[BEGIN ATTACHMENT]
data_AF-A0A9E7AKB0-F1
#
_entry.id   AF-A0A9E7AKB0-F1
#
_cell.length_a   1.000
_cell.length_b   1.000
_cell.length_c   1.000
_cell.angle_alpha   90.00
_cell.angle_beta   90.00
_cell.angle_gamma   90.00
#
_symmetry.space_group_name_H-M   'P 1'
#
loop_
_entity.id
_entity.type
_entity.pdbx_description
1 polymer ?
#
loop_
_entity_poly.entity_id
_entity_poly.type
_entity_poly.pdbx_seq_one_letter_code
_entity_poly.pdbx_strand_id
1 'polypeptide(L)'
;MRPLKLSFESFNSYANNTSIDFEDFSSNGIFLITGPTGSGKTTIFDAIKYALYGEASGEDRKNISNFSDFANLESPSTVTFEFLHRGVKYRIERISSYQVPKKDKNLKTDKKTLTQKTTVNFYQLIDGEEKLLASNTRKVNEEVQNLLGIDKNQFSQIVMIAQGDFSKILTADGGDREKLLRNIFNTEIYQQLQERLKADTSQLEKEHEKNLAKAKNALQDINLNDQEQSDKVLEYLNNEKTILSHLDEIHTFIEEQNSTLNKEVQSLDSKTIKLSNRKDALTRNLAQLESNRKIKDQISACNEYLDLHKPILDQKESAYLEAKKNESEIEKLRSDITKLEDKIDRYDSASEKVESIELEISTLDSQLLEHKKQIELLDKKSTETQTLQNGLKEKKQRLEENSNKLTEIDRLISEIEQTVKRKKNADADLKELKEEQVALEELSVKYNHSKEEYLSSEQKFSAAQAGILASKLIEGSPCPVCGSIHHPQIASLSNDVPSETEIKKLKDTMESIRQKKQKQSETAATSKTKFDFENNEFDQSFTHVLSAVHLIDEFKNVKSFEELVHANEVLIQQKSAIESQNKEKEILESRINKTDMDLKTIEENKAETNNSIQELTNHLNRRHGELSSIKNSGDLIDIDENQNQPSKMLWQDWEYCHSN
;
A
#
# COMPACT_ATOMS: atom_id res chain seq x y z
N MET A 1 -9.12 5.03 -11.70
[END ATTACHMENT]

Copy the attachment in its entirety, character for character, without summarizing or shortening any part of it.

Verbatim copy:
data_AF-A0A9E7AKB0-F1
#
_entry.id   AF-A0A9E7AKB0-F1
#
_cell.length_a   1.000
_cell.length_b   1.000
_cell.length_c   1.000
_cell.angle_alpha   90.00
_cell.angle_beta   90.00
_cell.angle_gamma   90.00
#
_symmetry.space_group_name_H-M   'P 1'
#
loop_
_entity.id
_entity.type
_entity.pdbx_description
1 polymer ?
#
loop_
_entity_poly.entity_id
_entity_poly.type
_entity_poly.pdbx_seq_one_letter_code
_entity_poly.pdbx_strand_id
1 'polypeptide(L)'
;MRPLKLSFESFNSYANNTSIDFEDFSSNGIFLITGPTGSGKTTIFDAIKYALYGEASGEDRKNISNFSDFANLESPSTVTFEFLHRGVKYRIERISSYQVPKKDKNLKTDKKTLTQKTTVNFYQLIDGEEKLLASNTRKVNEEVQNLLGIDKNQFSQIVMIAQGDFSKILTADGGDREKLLRNIFNTEIYQQLQERLKADTSQLEKEHEKNLAKAKNALQDINLNDQEQSDKVLEYLNNEKTILSHLDEIHTFIEEQNSTLNKEVQSLDSKTIKLSNRKDALTRNLAQLESNRKIKDQISACNEYLDLHKPILDQKESAYLEAKKNESEIEKLRSDITKLEDKIDRYDSASEKVESIELEISTLDSQLLEHKKQIELLDKKSTETQTLQNGLKEKKQRLEENSNKLTEIDRLISEIEQTVKRKKNADADLKELKEEQVALEELSVKYNHSKEEYLSSEQKFSAAQAGILASKLIEGSPCPVCGSIHHPQIASLSNDVPSETEIKKLKDTMESIRQKKQKQSETAATSKTKFDFENNEFDQSFTHVLSAVHLIDEFKNVKSFEELVHANEVLIQQKSAIESQNKEKEILESRINKTDMDLKTIEENKAETNNSIQELTNHLNRRHGELSSIKNSGDLIDIDENQNQPSKMLWQDWEYCHSN
;
A
#
# COMPACT_ATOMS: atom_id res chain seq x y z
N MET A 1 -9.12 5.03 -11.70